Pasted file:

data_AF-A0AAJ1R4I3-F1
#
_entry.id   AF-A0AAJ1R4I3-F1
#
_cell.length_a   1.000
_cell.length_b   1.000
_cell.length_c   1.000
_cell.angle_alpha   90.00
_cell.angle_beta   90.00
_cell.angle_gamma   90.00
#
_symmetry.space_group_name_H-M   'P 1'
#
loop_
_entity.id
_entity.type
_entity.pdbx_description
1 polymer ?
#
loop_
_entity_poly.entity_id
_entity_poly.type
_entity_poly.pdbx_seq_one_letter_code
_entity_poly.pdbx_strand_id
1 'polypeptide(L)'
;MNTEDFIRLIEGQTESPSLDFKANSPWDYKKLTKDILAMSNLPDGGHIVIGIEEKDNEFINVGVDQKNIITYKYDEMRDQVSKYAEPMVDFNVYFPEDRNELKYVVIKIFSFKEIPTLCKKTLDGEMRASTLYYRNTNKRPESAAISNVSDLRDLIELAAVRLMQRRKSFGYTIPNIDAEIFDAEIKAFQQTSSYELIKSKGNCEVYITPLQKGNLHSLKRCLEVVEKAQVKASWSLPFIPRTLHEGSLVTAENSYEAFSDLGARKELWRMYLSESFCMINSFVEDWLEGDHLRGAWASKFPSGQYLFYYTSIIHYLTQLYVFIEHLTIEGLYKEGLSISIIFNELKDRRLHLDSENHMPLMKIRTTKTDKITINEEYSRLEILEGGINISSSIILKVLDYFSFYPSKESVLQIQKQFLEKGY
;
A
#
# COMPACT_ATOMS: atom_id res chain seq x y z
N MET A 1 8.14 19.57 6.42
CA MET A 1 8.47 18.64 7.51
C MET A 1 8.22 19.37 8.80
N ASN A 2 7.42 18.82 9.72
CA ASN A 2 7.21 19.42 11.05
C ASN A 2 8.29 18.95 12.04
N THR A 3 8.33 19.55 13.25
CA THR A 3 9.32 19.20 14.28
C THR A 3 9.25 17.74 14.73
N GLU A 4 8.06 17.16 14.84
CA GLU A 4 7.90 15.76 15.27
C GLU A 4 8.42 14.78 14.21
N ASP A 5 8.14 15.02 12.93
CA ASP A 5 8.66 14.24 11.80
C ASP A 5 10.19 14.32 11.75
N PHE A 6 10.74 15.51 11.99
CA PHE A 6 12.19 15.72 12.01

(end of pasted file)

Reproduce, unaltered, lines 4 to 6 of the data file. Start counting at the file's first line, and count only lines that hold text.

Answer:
#
_cell.length_a   1.000
_cell.length_b   1.000